Of 852 people tried by court martial, 264 were transported for life and 108 were sentenced to death. Most sentences were later commuted but eighteen men were hanged. Summary courts also ordered flogging as a punishment; a wedding party was flogged for being an illegal gathering. Dyer’s most infamous edict was the so-called ‘crawling order’ whereby Indians had to crawl on all fours past the spot where Miss Sherwood had been attacked; a Hindu family had actually rescued and looked after her. Lieutenant Colonel O’Brien in Gujranwala insisted that all Indians ‘salaam’ Europeans, just as another Irishman, John Nicholson, had done after the 1857 ‘Mutiny’. While some Britons were appalled at what had happened, many considered the O’Dwyer/Dyer double act to have been the saving of the Punjab, ‘and a good thing too’.

Lord Hunter’s committee

In October 1919 the Hunter committee of inquiry into the events at Amritsar began its hearings. Dyer admitted that he went to the Bagh with the deliberate intention of shooting those assembled. Only the narrowness of the entrance had prevented him from using the machine-guns on the armoured cars. His aim was to ‘strike terror’ into the Punjab to prevent a mutiny. Yes, he had ignored the wounded but he was unapologetic. The Hunter report condemned him, stating that he had ‘succeeded in creating a “wide impression” but of a character quite opposite the one he intended’. Nevertheless, O’Dwyer escaped censure by Hunter, although Edwin Montagu, secretary of state for India, condemned him, writing that ‘he represents a regime that is doomed’.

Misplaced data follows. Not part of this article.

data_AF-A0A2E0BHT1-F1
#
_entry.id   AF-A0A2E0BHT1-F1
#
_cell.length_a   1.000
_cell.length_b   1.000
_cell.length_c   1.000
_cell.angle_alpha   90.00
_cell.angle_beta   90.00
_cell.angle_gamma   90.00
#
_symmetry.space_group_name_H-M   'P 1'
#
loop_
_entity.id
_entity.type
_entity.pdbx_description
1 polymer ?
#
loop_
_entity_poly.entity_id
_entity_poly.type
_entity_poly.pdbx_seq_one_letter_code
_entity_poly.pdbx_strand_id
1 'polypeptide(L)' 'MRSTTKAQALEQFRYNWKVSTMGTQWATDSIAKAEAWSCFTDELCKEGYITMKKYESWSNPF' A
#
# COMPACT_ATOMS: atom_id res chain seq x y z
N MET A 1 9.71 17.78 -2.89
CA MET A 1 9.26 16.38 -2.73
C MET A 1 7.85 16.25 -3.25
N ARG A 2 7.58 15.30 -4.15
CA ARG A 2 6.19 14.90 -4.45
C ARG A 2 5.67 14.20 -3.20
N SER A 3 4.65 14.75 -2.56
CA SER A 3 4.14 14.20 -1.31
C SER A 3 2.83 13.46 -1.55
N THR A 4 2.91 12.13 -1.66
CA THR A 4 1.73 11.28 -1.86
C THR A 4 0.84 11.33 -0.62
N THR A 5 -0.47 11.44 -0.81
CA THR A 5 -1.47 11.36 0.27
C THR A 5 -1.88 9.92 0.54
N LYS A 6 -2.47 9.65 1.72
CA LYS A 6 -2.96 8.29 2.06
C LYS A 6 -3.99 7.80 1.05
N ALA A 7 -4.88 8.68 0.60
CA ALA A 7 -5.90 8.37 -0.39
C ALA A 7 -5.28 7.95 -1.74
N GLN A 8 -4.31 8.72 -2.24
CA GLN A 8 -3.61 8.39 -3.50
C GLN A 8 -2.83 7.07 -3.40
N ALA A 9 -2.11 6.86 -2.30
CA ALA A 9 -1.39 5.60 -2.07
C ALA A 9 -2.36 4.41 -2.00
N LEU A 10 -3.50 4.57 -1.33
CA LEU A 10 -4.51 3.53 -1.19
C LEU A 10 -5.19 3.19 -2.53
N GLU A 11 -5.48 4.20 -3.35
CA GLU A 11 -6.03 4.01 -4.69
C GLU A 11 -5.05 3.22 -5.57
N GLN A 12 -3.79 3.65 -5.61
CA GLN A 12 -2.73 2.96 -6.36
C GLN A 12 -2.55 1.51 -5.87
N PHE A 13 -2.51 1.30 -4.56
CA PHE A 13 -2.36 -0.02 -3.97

Dyer went to England on ‘sick leave’ and was then dismissed from the army. In a debate in the House of Commons in July 1920 the government was attacked for sacking the ‘saviour’ of India. One member suggested that Dyer should be sent to Ireland to deal with Sinn Féin. The ultra-conservative Morning Post opened a fund, quickly collecting £26,000 for the retired general. Dyer never regretted his actions. He suffered a stroke in 1921 and died in 1927. Michael O’Dwyer retired in 1919 but remained a ‘die-hard’ in respect of Indian reform. He successfully sued Sir Sankaran Nair for libelling him in a book, Gandhi and anarchy, in 1922. At a meeting of the Royal Central Asian Society in London in 1940, O’Dwyer was shot dead by a Sikh, Udham Singh, who had been wounded at Amritsar.

The massacre of Amritsar was a great incentive to Indian nationalism and led to the complete loss of trust in the British Raj among the Indian population. It was to be another 28 years before independence was finally gained in 1947, when British India sundered violently into modern India and Pakistan.  HI

Pierce A. Grace is Professor of Surgical Science at the University of Limerick.

Further reading:

HMSO, Report of the Committee Appointed by the Government of India to Investigate the Disturbances in the Punjab, etc. (London, 1920).

R. Hudson, The Raj. An eyewitness history of the British in India (London, 1999).

J. Lawrence, Raj: the making and unmaking of British India (New York, 1997).

D. Sayer, ‘British reaction to the Amritsar massacre 1919–1920’, Past and Present 131 (1991), 130–64.